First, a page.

EY: The word uncertain is often used today when describing the business world. Why do you think this is? What, if anything, is uncertain about today’s working world? And how is it different then say 20 years ago.
Sinek: Some companies get lazy when the economy is good. They falsely believe that times are certain. That’s like saying because we have calm waters we’ll never have a storm. We don’t prepare our crews for rough waters, and then when the rough waters hit we talk about these uncertain times.
Purpose is important in all times because all times are uncertain. That said, people seem to be feeling more pressure to articulate purpose now because the uncertainty seems to be right in their face. Companies with a clear sense of purpose are as confident in good times as they are in the hard times because they know where they are going. The company with a sense of purpose is confident when they go slowly in the right direction, versus the company with no purpose that’s excited because they are rushing off in the wrong direction or panic because there’s a blockage. Purpose provides confidence in any situation. This is my favorite thing about purpose; that in “these uncertain times” all the purpose-driven companies are just fine.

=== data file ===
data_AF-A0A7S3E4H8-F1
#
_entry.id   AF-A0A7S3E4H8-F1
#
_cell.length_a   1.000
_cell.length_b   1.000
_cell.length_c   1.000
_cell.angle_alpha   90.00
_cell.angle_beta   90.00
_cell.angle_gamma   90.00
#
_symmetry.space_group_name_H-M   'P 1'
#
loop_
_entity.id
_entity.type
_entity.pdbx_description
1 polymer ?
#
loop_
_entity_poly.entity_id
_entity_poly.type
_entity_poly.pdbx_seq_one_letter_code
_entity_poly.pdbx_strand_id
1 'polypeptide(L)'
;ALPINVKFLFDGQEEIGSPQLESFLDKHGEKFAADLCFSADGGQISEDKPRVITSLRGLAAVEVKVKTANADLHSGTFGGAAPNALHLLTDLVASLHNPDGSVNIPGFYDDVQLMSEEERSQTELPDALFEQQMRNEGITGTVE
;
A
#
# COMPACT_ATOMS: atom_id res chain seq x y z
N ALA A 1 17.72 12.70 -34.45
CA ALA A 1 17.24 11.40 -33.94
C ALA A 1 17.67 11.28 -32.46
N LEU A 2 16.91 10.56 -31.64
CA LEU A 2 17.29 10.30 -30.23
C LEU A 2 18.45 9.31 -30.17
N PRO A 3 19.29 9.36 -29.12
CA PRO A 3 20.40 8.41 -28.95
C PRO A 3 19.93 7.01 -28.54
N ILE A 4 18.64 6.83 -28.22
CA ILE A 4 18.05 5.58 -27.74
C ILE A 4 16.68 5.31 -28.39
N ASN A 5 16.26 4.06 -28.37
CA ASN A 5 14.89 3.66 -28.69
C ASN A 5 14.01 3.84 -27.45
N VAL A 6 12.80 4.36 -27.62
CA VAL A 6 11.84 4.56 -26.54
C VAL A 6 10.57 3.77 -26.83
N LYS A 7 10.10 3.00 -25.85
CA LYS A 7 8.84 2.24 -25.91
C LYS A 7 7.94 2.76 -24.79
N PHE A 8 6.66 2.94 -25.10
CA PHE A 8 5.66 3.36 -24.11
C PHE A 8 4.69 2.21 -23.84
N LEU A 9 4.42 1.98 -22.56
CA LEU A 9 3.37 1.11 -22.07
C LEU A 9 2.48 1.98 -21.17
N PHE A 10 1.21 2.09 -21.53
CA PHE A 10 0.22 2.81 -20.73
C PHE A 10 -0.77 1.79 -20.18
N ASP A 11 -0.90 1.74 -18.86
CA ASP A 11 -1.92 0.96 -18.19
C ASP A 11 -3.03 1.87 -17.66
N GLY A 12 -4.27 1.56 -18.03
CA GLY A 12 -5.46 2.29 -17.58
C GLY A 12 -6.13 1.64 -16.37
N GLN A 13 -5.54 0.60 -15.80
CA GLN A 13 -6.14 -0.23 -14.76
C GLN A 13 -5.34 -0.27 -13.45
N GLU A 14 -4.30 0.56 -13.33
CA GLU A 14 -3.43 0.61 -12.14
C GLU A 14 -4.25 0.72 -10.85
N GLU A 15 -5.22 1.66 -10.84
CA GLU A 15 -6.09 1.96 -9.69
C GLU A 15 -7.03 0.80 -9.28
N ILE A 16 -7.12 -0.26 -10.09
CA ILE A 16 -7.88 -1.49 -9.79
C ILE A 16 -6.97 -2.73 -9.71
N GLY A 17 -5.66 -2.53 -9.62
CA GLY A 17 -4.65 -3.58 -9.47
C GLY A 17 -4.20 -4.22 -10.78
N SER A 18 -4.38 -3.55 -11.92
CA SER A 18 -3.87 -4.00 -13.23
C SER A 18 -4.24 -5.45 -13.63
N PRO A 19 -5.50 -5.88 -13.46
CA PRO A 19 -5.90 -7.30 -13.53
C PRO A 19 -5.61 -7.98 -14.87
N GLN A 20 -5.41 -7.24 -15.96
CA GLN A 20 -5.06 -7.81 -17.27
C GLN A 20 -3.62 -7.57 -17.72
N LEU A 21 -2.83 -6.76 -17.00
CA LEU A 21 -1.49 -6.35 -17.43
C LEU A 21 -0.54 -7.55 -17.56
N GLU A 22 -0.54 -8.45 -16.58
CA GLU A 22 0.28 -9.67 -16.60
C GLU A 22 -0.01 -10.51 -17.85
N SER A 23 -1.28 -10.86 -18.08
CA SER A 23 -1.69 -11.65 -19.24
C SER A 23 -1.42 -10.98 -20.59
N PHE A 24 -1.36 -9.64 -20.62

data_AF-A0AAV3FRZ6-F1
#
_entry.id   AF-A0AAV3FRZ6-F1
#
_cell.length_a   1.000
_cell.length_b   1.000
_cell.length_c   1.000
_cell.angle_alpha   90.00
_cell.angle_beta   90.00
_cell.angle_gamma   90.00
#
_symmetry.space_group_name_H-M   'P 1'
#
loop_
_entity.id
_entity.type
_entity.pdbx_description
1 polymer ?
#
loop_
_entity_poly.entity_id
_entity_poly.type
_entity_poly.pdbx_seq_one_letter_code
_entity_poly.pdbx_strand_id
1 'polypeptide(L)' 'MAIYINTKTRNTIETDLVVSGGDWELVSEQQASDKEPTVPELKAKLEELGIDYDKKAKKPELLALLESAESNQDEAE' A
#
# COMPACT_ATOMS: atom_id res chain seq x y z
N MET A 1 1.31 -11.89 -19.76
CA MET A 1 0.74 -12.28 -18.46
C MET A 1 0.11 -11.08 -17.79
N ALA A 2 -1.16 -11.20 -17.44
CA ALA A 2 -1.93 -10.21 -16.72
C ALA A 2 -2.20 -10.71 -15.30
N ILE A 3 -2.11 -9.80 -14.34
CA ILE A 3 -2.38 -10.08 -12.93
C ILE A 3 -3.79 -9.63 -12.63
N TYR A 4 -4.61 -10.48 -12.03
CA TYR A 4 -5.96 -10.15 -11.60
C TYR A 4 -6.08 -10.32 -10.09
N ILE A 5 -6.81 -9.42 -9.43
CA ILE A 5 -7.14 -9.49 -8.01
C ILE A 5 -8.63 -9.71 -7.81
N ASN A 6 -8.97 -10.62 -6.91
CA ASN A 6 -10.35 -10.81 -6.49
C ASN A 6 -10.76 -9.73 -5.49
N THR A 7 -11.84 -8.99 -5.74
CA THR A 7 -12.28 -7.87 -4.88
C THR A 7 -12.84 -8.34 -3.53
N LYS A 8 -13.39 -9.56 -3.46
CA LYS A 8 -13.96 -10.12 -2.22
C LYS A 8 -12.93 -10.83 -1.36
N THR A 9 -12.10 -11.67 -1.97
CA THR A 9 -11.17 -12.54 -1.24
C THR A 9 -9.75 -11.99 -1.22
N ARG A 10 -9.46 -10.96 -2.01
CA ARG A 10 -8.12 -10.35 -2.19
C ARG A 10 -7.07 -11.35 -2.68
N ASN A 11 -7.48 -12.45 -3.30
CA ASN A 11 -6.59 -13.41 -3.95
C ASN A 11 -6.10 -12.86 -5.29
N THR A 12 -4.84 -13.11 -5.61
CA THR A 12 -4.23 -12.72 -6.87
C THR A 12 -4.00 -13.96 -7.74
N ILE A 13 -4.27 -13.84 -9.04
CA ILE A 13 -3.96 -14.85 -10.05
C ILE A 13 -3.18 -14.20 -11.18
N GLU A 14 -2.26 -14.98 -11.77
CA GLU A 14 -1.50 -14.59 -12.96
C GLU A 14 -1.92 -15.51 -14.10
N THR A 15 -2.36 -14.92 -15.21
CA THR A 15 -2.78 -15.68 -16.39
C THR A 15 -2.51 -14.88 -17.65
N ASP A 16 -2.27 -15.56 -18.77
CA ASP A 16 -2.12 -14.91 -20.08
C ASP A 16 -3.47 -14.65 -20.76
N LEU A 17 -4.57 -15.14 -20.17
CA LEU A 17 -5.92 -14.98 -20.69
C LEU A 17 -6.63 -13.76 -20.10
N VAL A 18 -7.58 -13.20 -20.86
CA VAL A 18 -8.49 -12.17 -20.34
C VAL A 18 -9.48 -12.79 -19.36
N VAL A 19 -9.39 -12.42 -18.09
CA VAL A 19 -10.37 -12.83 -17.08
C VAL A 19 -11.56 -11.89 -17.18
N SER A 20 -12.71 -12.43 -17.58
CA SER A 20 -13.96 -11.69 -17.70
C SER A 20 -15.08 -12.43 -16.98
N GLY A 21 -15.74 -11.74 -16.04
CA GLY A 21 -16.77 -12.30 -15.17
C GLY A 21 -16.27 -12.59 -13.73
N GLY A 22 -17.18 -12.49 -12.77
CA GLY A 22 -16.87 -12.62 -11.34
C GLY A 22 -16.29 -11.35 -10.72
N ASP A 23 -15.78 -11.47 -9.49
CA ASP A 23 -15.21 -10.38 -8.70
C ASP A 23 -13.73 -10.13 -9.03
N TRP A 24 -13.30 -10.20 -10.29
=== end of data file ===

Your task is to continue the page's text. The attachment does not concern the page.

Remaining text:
EY: Can organizations create more certainty simply by finding their purpose?
Sinek: Of course. It’s called direction. Companies need to have vision. It is literally the definition of the word vision; it means seeing. Our company’s vision is to be the best. That’s not seeing. Seeing is about describing a future state that does not yet exist in the world and working to use the company and all it does to help advance that vision of the world. Vision is something, when properly articulated, allows others to see and believe in it – customers, employees, anyone.
EY: What difference have you seen in organizations that have chosen to be purpose-led. Not necessarily the innovators and early adopters, but more so the early to late majority. Or are we there yet?
Sinek: I’m not sure we’ve reached the tipping point yet. I don’t think we have the number, and of those who say it, there is a disconnect between how many of them actually believe it versus it simply being a marketing exercise.
I think to reach the tipping point we need more early adopters. And I think partially it’s a generational thing. I think for the most part baby boomers still run a lot of large companies. I think not until Generation X and Generation Y (older millennials) really start taking over companies will we start to see shift, and that’s starting.
EY: Some companies will argue that in times of uncertainty their ability to maintain their commitment to purpose is a challenge. How can organizations maintain their commitment to purpose regardless of what’s going on?
Sinek: What if you say to your spouse, “I’m really stressed out so I don’t know how you can expect me to be loyal to this marriage.” It’s the same thing. I actually spoke to a large organization once where somebody said: “All of this leadership stuff is really nice, but you have to understand we’re at war and I don’t have time for this.” If you’re telling me you don’t have time for this stuff now, my question is: what were you doing during the times that didn’t feel like war?
There’s no right or wrong time. Just start. Better now than later and better late than never.